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Towards Descartes’ Scientific Method: a posteriori Evidence and the Rhetoric of Les Météores

  • Patrick Brissey
Chapter
Part of the International Archives of the History of Ideas Archives internationales d'histoire des idées book series (ARCH, volume 225)

Abstract

I argue that Descartes uses his method as evidence in the Discours and Les Météores. I begin by establishing there is a single method in Descartes’ works, using his meteorology as a case study. First, I hold that the method of the Regulae is best explained by two examples: one scientific, his proof of the anaclastic curve (1626), and one metaphysical, his question of the essence and scope of human knowledge (1628). Based on this account, I suggest that the form of his early metaphysics (not its content) is similar to the method of doubt of the Meditationes. Second, I argue that Descartes’ explanation of the cause of parhelia (1629) likewise contains a formulation of this procedure. I provide a novel reading of Les Météores, where, following Descartes’ guidance in the Discours and Correspondance, I interpret his meteorology by reasoning from effects to causes, in this case, from Christoph Scheiner’s 1626 observation of parhelia to his meteorological foundation. This backwards orientation to Les Météores, I argue, reveals an instance of Descartes’ scientific method. I conclude with remarks on Descartes’ concept of evidentia, in which I explain how he incorporates a posteriori evidence and an apparent hypothetical foundation into his rationalist epistemology where he uses his method as evidence for his claims.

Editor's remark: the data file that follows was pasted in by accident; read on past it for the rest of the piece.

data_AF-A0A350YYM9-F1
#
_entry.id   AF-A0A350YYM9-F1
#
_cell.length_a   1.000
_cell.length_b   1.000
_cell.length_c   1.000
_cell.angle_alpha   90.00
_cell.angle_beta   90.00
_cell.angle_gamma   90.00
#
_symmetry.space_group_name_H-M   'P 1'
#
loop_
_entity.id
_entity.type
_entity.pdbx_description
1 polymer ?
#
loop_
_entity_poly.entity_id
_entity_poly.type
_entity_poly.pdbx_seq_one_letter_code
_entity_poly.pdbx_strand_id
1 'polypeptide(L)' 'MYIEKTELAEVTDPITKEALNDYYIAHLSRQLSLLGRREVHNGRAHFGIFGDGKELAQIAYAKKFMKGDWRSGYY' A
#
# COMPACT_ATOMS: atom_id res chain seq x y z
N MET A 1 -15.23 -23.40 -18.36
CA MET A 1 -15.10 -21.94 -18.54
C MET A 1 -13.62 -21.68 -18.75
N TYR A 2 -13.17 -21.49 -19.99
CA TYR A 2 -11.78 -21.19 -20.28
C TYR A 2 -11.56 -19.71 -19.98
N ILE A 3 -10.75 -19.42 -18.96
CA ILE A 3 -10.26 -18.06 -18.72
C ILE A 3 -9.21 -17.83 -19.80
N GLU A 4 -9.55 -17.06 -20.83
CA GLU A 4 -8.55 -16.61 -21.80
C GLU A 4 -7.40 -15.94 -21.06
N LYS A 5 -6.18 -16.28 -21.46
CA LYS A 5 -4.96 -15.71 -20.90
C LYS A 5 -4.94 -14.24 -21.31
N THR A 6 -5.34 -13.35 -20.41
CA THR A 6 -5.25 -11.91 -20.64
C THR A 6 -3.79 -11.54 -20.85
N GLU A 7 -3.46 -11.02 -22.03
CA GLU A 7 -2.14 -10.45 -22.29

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Copyright information

© Springer International Publishing AG, part of Springer Nature 2018

Authors and Affiliations

  • Patrick Brissey
    • 1
  1. 1.Department of PhilosophyUniversity of South CarolinaColumbiaUSA

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